Why You Sometimes Laugh When You Shoudn't
Laughing out loud during a funeral or when there’s a minute’s silence. Laughing non-stop when a friend suffers a spectacular fall or when you receive bad news. If this has ever happened to you, you’ve surely wondered why. As a matter of fact, the answer’s extremely interesting.
Science doesn’t claim to know everything about the mechanism of laughter. In fact, you tend to take for granted this social gesture that allows you to connect with others. It’s also the channel that helps you express your positive emotions, like happiness, joy, surprise, or excitement.
However, you should know that sometimes, laughing is also key for releasing certain psychophysical states of great tension and anxiety. In fact, the brain resorts to laughing as a resource for emotional catharsis. Indeed, as neuroscientists say, laughter is one of the most important yet also unknown behaviors of human beings.
“Man alone suffers so excruciatingly in the world that he was compelled to invent laughter.”
-Friedrich W. Nietzsche-
Reasons why you laugh when you shouldn’t
When you laugh when you shouldn’t you’re aware of your strange behavior. In other words, you know that your emotional reaction isn’t the ideal one for the situation in question. Nevertheless, it still happens. In fact, in most cases, it even feels reassuring. It relaxes you for a few moments. However, afterward, you feel rather confused.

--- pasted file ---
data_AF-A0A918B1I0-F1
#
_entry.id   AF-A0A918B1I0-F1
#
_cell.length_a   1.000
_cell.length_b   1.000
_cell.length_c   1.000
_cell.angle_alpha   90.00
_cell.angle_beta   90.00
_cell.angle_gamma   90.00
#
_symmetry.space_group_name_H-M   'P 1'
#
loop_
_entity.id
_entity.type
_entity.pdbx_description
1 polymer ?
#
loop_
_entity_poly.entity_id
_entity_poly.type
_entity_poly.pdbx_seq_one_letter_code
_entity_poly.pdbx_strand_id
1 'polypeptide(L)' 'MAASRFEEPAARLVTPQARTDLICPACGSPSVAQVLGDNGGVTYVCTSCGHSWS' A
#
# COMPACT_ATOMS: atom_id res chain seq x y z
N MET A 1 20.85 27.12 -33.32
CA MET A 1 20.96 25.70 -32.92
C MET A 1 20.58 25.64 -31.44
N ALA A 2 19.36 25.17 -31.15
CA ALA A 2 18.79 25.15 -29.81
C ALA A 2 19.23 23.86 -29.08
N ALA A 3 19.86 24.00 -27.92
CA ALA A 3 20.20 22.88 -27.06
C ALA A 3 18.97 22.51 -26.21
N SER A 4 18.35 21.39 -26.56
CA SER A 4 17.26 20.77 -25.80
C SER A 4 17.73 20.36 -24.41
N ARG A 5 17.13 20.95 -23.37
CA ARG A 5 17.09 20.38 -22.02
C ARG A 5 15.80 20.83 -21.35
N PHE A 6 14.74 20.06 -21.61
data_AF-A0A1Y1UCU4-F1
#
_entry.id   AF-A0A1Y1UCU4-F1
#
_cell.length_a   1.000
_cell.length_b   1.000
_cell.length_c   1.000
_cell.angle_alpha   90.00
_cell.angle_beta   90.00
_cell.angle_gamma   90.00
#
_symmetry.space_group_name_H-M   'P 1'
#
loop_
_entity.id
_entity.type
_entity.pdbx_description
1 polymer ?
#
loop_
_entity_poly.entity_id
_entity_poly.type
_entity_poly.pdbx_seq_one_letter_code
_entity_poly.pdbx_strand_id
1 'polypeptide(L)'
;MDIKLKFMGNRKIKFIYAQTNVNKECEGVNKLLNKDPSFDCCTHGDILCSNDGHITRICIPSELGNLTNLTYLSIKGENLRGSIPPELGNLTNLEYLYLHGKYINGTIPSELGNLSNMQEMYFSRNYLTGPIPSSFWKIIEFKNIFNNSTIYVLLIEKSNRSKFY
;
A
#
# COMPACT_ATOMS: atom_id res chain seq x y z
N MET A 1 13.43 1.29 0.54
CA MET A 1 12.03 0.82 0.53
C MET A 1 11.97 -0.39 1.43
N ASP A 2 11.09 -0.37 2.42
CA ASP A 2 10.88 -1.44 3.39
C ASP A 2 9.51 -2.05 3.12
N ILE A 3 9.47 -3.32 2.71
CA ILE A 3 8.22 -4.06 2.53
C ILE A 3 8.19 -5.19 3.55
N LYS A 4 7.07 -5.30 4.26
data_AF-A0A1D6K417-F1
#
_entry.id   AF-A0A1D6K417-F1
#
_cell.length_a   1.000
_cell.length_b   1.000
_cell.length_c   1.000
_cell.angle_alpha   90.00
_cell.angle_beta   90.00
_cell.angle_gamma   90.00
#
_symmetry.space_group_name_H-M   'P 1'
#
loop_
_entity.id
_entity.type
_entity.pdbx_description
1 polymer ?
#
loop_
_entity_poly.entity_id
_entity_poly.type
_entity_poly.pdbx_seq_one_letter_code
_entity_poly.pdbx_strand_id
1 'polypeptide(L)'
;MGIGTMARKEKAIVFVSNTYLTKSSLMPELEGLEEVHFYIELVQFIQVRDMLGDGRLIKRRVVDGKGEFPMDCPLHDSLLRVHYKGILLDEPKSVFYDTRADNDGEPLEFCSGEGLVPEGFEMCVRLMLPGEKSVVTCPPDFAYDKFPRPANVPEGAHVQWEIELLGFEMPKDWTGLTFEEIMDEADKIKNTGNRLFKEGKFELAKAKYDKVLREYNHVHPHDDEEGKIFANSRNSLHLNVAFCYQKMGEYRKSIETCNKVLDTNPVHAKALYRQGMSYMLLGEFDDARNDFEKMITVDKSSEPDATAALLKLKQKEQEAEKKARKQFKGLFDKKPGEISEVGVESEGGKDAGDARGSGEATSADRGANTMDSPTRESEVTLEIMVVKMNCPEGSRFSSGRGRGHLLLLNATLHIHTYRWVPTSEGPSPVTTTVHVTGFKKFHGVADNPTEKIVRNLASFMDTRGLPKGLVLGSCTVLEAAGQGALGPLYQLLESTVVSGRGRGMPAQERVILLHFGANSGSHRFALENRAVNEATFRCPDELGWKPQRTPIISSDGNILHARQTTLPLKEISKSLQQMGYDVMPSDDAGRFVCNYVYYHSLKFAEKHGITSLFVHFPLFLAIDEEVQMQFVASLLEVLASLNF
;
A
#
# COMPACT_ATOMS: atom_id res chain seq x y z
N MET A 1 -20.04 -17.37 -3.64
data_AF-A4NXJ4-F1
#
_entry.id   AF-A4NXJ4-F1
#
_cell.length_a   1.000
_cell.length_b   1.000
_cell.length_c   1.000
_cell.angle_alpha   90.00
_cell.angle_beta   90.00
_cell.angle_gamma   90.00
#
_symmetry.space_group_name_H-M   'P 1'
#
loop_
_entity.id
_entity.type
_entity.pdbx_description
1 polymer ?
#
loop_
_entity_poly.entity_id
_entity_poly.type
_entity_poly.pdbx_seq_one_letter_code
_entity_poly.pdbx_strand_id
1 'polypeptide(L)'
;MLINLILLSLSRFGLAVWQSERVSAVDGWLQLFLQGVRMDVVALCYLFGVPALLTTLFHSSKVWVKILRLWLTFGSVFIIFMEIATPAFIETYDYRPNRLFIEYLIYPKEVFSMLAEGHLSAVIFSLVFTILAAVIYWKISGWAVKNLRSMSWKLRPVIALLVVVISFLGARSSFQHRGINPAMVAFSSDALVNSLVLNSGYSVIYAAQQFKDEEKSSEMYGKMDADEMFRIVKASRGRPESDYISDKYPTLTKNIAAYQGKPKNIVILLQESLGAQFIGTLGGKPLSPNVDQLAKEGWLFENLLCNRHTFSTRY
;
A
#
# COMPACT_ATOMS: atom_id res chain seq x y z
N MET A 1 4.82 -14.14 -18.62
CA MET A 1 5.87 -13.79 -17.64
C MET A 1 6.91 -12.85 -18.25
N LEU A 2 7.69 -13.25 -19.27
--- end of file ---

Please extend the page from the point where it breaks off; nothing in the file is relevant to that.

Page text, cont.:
You might ask yourself if it’s some kind of temporary madness. Is there something wrong with you? In reality, unexpected and inappropriate laughter doesn’t respond to any particular disorder. In fact, it’s generally a psychological response to anxiety and tension. What your brain does is promote the reaction of laughter in order to alleviate all your uncomfortable feelings.
Therefore, suddenly laughing at a funeral or when you receive some bad news is nothing more than a mechanism of catharsis. Thanks to this reaction, you reduce the negative valence tension within you.
Interestingly, science often claims that the evolutionary origins of laughter were more related to a survival mechanism than to the mere expression of enjoyment or delight. You laugh to connect socially with others and also to override any negative valence emotions.
When laughter doesn’t promote bonding, what’s it for?
University College London conducted research that claims that laughter is a social emotion and that it appears more frequently during social interactions. It favors bonding, connection, affection, and emotional regulation. This is pretty easy to understand.
However, what happens when you sometimes laugh at inappropriate times or when you’re on your own? In fact, the research suggests that laughing doesn’t have the sole purpose of promoting human connection or bonding. What’s more, sometimes you don’t even laugh about anything specific, you laugh to relieve your discomfort, stress, or contained anxiety.